As you likely gathered from our blow-by-blow account of Electronic Arts’ Studio Showcase earlier today, the house that Madden built had plenty of things to talk about. Granted, Peter Moore calling the PS3’s Sixaxis controller “cute” was undeniably the day’s money quote, but EA still has more than enough games coming down the pipeline to get gamers excited. And amazingly, that excitement isn’t limited to “hardcore” gamers — Nintendo Wii and DS owners were also clearly in EA’s sights.
Probably most surprising was the fact that EA has taken to heart all the “sequelitis” and “minimal upgrades” flak from the past couple years and really come back with some impressive games. Army of Two is shaping up to provide an absolute gem of a co-op experience, and although it probably crashed more than any other early-code game, its graphics, gameplay and total package should shape up sufficiently to warrant attention when the game ships in mid-November. Likewise, Battlefield: Bad Company is going to blow people’s socks off (at least graphically) when they get their hands on it, in spite of the gameplay itself failing to offer much in the “innovative” category.
But while those are both hardcore titles, EA had plenty to show that was decidedly non-hardcore — and perhaps even more refreshing. The Simpsons Game, both for next-gen consoles and Nintendo DS, was probably our surprise of the Showcase. Witty, gorgeous, hilarious and an epic in the making, The Simpsons Game has “family friendly superstar” written all over it. Likewise, EA Playground for the Wii packs enough minigame-like punch to bring a smile to kids and parents alike.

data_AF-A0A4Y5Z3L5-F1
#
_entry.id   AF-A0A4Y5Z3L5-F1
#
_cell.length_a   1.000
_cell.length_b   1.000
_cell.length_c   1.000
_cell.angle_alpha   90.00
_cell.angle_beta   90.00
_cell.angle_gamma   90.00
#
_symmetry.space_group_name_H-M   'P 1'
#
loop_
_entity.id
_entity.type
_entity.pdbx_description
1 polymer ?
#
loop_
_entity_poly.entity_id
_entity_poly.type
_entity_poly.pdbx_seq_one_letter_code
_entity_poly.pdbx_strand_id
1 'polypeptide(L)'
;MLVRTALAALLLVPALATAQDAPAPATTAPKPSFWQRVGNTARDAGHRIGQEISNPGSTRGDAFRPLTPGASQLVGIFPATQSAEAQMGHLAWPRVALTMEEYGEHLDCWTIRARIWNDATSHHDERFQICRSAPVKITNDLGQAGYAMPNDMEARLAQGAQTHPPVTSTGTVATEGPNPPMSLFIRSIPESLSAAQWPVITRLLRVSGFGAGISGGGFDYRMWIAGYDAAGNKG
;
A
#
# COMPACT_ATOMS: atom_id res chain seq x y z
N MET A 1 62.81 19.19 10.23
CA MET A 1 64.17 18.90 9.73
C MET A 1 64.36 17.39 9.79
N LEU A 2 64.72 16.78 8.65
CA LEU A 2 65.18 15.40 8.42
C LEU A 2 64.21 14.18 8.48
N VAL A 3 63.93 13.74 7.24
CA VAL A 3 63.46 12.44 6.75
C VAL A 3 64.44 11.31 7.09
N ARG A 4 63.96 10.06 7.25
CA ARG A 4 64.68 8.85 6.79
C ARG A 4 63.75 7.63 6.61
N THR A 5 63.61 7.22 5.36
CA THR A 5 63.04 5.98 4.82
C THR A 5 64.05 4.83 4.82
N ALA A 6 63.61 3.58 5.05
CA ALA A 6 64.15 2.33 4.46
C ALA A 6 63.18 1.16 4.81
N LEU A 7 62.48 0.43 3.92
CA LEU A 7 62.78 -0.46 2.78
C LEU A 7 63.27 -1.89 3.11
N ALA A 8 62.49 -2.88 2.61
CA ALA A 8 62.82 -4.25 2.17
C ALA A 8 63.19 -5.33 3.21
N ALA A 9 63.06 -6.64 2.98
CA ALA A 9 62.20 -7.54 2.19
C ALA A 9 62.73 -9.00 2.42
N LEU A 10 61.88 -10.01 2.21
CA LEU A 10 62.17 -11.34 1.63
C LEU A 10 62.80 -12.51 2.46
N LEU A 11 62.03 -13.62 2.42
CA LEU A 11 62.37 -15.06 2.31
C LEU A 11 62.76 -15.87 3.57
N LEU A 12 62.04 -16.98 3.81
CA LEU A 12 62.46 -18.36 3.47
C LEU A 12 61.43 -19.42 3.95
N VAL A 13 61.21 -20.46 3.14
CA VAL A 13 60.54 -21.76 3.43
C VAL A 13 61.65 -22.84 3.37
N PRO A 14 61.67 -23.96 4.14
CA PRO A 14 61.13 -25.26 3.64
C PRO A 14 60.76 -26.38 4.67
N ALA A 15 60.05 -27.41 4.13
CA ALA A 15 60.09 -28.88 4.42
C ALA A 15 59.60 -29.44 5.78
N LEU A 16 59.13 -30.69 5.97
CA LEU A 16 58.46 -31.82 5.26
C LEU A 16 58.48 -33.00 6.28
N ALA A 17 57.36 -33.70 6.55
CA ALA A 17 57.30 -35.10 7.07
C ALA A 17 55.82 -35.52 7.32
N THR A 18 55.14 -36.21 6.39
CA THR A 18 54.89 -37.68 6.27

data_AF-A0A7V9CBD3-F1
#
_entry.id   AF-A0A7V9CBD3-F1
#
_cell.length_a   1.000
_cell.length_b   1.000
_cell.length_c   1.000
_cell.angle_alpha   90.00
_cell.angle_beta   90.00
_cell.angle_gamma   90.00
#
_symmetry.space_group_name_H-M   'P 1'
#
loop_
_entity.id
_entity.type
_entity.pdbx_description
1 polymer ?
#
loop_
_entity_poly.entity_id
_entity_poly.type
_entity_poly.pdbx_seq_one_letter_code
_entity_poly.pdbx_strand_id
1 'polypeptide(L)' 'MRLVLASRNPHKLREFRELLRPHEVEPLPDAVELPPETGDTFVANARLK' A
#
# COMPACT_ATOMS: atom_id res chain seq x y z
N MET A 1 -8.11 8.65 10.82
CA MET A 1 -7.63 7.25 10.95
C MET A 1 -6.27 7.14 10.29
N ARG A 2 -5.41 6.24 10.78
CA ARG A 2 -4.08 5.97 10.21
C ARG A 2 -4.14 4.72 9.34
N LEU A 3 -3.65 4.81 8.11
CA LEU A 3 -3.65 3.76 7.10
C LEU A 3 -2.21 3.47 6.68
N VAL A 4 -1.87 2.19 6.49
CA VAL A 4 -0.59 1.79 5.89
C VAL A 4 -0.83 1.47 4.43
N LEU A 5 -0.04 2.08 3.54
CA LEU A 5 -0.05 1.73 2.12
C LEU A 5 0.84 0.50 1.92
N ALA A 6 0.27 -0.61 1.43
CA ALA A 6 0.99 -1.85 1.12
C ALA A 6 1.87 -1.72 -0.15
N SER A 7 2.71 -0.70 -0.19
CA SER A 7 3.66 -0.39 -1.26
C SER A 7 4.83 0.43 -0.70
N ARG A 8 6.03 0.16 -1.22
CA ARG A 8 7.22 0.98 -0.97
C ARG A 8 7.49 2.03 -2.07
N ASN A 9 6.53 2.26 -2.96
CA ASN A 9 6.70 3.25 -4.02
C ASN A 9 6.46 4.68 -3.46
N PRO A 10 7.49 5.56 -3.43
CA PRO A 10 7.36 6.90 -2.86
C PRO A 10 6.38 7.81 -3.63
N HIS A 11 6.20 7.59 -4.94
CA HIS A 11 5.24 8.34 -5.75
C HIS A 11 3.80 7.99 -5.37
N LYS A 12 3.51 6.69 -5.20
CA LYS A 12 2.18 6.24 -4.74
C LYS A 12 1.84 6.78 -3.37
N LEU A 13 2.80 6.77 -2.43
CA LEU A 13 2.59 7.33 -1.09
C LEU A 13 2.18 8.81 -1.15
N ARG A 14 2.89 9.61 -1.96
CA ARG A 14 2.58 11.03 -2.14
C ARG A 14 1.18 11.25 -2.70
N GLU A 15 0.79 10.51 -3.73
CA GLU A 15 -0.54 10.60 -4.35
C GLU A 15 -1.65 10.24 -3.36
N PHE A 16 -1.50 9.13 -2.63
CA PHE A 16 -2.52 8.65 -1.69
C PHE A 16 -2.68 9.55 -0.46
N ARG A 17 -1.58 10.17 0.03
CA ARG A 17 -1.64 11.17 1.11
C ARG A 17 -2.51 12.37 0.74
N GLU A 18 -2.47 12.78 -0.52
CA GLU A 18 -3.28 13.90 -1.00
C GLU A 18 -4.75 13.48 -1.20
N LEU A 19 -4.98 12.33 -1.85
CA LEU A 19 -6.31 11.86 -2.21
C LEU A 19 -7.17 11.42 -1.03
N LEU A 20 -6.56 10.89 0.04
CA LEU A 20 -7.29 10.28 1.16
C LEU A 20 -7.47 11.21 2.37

Back on the hardcore bandwagon, EA’s Burnout Paradise stands a good chance of being our favorite racing game of 2007 with its combination of beautiful graphics, sandbox-style gameplay and seamless integration of rival-based competitive play. Team Fortress 2, part of The Orange Box collection from Valve, will also turn a few heads this holiday, with surprisingly deep team-based gameplay that belies the game’s comic-book appearance.
All told, EA had approximately 33 titles on display, and although we only had time to really get hands-on with about eight of them, our time at EA’s campus left us very excited about the games the company has on its horizon. I’m not normally one to gush about a publisher, but I must confess that I was extremely — and pleasantly — surprised by EA’s showing, and I actually left the campus slightly giddy about several titles.
Perhaps most important, though, is that EA showed enough today to warrant a slight sense of giddiness for all gamers, regardless of their platform of choice, age or skill. From Xbox 360 and PlayStation 3 to Nintendo Wii and DS, EA quite literally has something for everyone. Granted, a few of the games seem somewhat derivative and borrow certain elements from one another, but the chances of gamers buying each of them are slim, so that’s really a moot point.
Full-length previews for many of the games we saw today will come in the days ahead, but if there’s one thing you take away from this quick-impressions recap, it’s this: EA has taken to heart gamers’ comments for the past two years and really come back with games that are fun, creative and worthy of your hard-earned dollars. And really, considering some of the biting comments EA has fielded during the past two years, that’s really the best statement they could have made.
— Jonas Allen